Meaning of TRAVEL in English


I. ˈtravəl verb

( traveled or travelled ; traveled or travelled ; traveling or travelling -v(ə)liŋ ; travels )

Etymology: Middle English travellen, travailen — more at travail

intransitive verb

1. obsolete : travail


a. : to go or proceed on or as if on a trip or tour : journey

the country through which we have been traveling — Louis Bromfield

many young birds travel north during June — American Guide Series: Louisiana

the surge … traveled southwards along the coast — J.A.Steers

even ideas and emotions traveled slowly in those days — Clive Bell


(1) : to move or go as if by traveling : pass

my mind traveled back to a hot sultry day in the little … town — Rex Keating

her eyes traveled about the room — Mary R. Rinehart

US 190 travels through a wide stretch … of virgin pine — American Guide Series: Louisiana

most parts of the world are traveling toward a tighter system — Bertrand Russell

the path … for the inspired genius to travel by — H.J.Laski

(2) : to move or join in a company or group : associate

traveled in left wing circles — Oden & Olivia Meeker

— usually used with with

no harder a drinker than most of the crowd he traveled with — Robert Sylvester

the liberal intellectuals who … traveled with the party — Margaret Marshall

c. dialect : to go on foot : walk

did you travel or come by boat — American Guide Series: North Carolina

d. : to go on a specified circuit or route

in the frontier towns most ministers traveled

offering premiums for stallions to travel — Robert Jarvis

e. : to go from place to place as a salesman or business agent

salesman … was traveling out of St. Louis — E.A.Duddy

— often used with in

man who traveled in ladies' undies, wholesale — O.S.J.Gogarty


a. : to move, advance, or undergo transmission from one place to another

the bayonet entered the right rib cage … and traveled upward — Raymond Boyle

the pain … traveled all the way into his head — Ira Wolfert

the sound traveled onto the stage — Warwick Braithwaite

b. : to undergo transportation or dissemination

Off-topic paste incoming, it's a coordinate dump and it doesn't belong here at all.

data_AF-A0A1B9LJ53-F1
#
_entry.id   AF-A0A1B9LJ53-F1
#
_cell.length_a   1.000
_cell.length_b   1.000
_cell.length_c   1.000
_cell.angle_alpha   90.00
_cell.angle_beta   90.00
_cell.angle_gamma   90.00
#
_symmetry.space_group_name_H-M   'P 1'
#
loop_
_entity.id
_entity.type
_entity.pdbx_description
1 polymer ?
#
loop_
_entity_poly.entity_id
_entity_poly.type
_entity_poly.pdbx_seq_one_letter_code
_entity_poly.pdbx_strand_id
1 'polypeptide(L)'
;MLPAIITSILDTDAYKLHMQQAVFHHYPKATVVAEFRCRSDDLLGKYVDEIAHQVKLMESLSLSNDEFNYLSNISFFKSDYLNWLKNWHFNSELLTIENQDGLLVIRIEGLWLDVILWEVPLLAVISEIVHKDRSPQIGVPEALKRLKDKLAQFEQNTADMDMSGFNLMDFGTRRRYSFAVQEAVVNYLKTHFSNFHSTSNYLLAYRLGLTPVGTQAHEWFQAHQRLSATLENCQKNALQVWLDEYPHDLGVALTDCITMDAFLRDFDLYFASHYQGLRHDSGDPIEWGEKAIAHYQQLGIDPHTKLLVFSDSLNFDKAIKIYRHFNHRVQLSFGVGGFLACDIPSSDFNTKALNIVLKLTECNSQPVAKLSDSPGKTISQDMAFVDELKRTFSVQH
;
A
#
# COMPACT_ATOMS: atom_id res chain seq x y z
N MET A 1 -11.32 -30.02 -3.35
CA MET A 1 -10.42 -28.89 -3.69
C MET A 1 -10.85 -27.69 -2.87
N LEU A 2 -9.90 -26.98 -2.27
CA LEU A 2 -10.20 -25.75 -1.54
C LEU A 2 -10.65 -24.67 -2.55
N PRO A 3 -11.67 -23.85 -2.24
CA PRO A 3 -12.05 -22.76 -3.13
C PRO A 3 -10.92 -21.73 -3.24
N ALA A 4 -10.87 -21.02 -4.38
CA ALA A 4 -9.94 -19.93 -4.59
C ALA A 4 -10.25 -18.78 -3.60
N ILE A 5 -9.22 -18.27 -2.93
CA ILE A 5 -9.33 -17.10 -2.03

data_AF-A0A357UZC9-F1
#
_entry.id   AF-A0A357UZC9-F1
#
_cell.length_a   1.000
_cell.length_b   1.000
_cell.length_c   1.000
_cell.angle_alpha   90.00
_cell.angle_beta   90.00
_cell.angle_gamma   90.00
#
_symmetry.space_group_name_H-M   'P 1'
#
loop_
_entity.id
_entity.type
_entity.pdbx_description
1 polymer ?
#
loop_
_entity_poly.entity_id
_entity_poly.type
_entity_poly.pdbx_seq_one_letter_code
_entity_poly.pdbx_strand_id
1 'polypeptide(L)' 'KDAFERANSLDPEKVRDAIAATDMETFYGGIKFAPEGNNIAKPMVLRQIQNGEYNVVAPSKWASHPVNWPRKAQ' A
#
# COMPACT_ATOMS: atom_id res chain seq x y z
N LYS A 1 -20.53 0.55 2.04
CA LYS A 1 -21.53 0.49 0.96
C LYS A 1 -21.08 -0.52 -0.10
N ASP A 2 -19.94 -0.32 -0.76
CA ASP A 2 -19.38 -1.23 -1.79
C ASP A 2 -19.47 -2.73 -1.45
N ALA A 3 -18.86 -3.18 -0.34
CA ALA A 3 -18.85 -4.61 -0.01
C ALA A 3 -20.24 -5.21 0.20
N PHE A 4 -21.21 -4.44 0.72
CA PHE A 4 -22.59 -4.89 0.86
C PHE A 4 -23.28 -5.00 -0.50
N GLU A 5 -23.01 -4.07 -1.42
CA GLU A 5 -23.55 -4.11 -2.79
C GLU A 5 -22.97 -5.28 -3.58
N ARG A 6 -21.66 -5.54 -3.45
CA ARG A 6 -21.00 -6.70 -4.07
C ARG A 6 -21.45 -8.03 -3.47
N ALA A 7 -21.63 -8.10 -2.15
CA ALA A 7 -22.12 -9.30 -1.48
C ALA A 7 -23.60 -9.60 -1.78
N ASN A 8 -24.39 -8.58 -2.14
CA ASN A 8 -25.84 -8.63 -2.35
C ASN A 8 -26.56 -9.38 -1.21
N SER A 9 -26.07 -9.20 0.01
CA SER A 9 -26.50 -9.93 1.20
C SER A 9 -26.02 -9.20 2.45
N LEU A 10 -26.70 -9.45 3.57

loup, like weakfish, travels poorly and should be eaten within a few hours after being caught — A.J.Liebling

cases … which travel in freight cars must be securely packed — Edwin Sutermeister

the whole concept of impressionism … didn't travel well — R.M.Coates

that typical regionalism which travels so poorly in literature — V.S.Pritchett

c. : to move in a given direction or path or through a given distance

the needles … travel down the face of the cam — W.E.Shinn

the crankpin travels in a circular path

the stylus travels in a groove

d. : to move briskly

the souped-up car can really travel

4. : to walk or run with the ball illegally (as in basketball)

transitive verb

1. obsolete : travail


a. : to journey through or over : traverse

everyone should travel at least part of its beautiful valley — Bernard DeVoto

traveled the twenty feet of green carpet with his eyes fixed straight ahead — Scott Fitzgerald

certain roads can be traveled only on horseback — W.E.Rudolph

b. : to follow (a course or path) as if by traveling : pursue

no other social right has traveled so arduous a road — V.L.Parrington

readers … often voyaged into the world celebrated by the romantic novelist, but few traveled the other way — J.D.Hart

c. : to pass over or along (a specified distance)

individual cells often have to travel great distances — New Biology

the modern travel book has itself traveled a long way from the formal diary — Geographical Journal

d. : to cover or visit (a place or region) as a commercial traveler

traveled the Midwest for a soft drink firm — Tom Siler

3. : to cause to travel : drive , ship

the beast … could scarcely be traveled upon a caravel — Galbraith Welch

choose the best time of year to travel cattle

traveling the stallion to different farms — Producing Farm Livestock

- travel light

II. noun

( -s )

Etymology: Middle English travel, travail — more at travail

1. obsolete : travail


a. : the act of traveling, going, or journeying : passage

dislikes the discomforts of travel — Agnes Repplier

outlined the probable steps leading to travel in outer space — Current Biography

travel on the plateau is comparatively rapid — E.E.Shipton

b. : a journey especially to a distant or unfamiliar place : tour , trip

set out on another travel , this time to the Pacific — Current Biography

longest travel for a cake to make without a bruise — Postal Service News

to town and back is a long day's travel

— often used in plural

extended our travels to parts of the rugged mountains totally unknown — C.B.Hitchcock

3. travels plural : an account or narration of one's travels especially in book form

enjoys reading travels

4. : power or speed of movement

the most necessary qualifications of a dog are travel … and nose — Eric Parker

the new racing shell has tremendous travel

5. : the number of persons or things traveling : traffic

travel on the turnpike is heavy on holidays


a. : the movement or progression of something along a route or course

the farther the film tray is from the workplace, the more reach or travel is required — E.M.Harwell

during combustion the travel of the flame … should progress at a fairly uniform rate — Ernest Venk

a device to time the travel of satellites around the earth

b. : the motion of a piece of machinery especially to and fro in a prescribed line or direction

a timing device to make the high-voltage source perform at the set position of piston travel — Aircraft Power Plants

Webster's New International English Dictionary.      Новый международный словарь английского языка Webster.